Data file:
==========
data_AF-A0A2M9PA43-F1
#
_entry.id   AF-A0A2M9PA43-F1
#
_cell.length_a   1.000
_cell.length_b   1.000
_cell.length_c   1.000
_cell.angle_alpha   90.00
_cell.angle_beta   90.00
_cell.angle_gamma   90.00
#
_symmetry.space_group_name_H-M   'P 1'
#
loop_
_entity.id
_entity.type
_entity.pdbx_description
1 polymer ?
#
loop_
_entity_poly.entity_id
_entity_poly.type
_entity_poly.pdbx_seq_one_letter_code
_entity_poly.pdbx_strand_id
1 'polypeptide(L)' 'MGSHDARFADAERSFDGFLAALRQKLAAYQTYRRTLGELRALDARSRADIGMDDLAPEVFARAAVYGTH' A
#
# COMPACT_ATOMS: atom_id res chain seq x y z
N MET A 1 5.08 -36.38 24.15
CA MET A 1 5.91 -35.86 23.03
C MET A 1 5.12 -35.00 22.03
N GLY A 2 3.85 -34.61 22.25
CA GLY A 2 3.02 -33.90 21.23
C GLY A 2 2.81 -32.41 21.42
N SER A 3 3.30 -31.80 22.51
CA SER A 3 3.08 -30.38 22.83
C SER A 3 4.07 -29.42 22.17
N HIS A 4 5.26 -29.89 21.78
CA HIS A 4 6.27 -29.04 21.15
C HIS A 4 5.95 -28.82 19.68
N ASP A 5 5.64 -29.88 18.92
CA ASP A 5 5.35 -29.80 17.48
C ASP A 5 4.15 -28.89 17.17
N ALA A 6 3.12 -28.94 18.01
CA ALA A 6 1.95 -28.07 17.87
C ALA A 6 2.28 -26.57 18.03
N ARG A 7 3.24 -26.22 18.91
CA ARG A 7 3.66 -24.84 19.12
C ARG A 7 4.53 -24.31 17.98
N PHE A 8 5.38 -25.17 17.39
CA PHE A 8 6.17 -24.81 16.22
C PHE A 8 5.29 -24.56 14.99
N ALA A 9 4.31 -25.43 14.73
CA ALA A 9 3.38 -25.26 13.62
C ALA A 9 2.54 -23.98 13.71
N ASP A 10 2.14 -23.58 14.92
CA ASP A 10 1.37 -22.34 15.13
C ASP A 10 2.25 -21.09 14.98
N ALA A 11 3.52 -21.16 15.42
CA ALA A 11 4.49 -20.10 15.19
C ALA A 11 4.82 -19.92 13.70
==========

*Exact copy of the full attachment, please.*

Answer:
data_AF-A0A2M9PA43-F1
#
_entry.id   AF-A0A2M9PA43-F1
#
_cell.length_a   1.000
_cell.length_b   1.000
_cell.length_c   1.000
_cell.angle_alpha   90.00
_cell.angle_beta   90.00
_cell.angle_gamma   90.00
#
_symmetry.space_group_name_H-M   'P 1'
#
loop_
_entity.id
_entity.type
_entity.pdbx_description
1 polymer ?
#
loop_
_entity_poly.entity_id
_entity_poly.type
_entity_poly.pdbx_seq_one_letter_code
_entity_poly.pdbx_strand_id
1 'polypeptide(L)' 'MGSHDARFADAERSFDGFLAALRQKLAAYQTYRRTLGELRALDARSRADIGMDDLAPEVFARAAVYGTH' A
#
# COMPACT_ATOMS: atom_id res chain seq x y z
N MET A 1 5.08 -36.38 24.15
CA MET A 1 5.91 -35.86 23.03
C MET A 1 5.12 -35.00 22.03
N GLY A 2 3.85 -34.61 22.25
CA GLY A 2 3.02 -33.90 21.23
C GLY A 2 2.81 -32.41 21.42
N SER A 3 3.30 -31.80 22.51
CA SER A 3 3.08 -30.38 22.83
C SER A 3 4.07 -29.42 22.17
N HIS A 4 5.26 -29.89 21.78
CA HIS A 4 6.27 -29.04 21.15
C HIS A 4 5.95 -28.82 19.68
N ASP A 5 5.64 -29.88 18.92
CA ASP A 5 5.35 -29.80 17.48
C ASP A 5 4.15 -28.89 17.17
N ALA A 6 3.12 -28.94 18.01
CA ALA A 6 1.95 -28.07 17.87
C ALA A 6 2.28 -26.57 18.03
N ARG A 7 3.24 -26.22 18.91
CA ARG A 7 3.66 -24.84 19.12
C ARG A 7 4.53 -24.31 17.98
N PHE A 8 5.38 -25.17 17.39
CA PHE A 8 6.17 -24.81 16.22
C PHE A 8 5.29 -24.56 14.99
N ALA A 9 4.31 -25.43 14.73
CA ALA A 9 3.38 -25.26 13.62
C ALA A 9 2.54 -23.98 13.71
N ASP A 10 2.14 -23.58 14.92
CA ASP A 10 1.37 -22.34 15.13
C ASP A 10 2.25 -21.09 14.98
N ALA A 11 3.52 -21.16 15.42
CA ALA A 11 4.49 -20.10 15.19
C ALA A 11 4.82 -19.92 13.70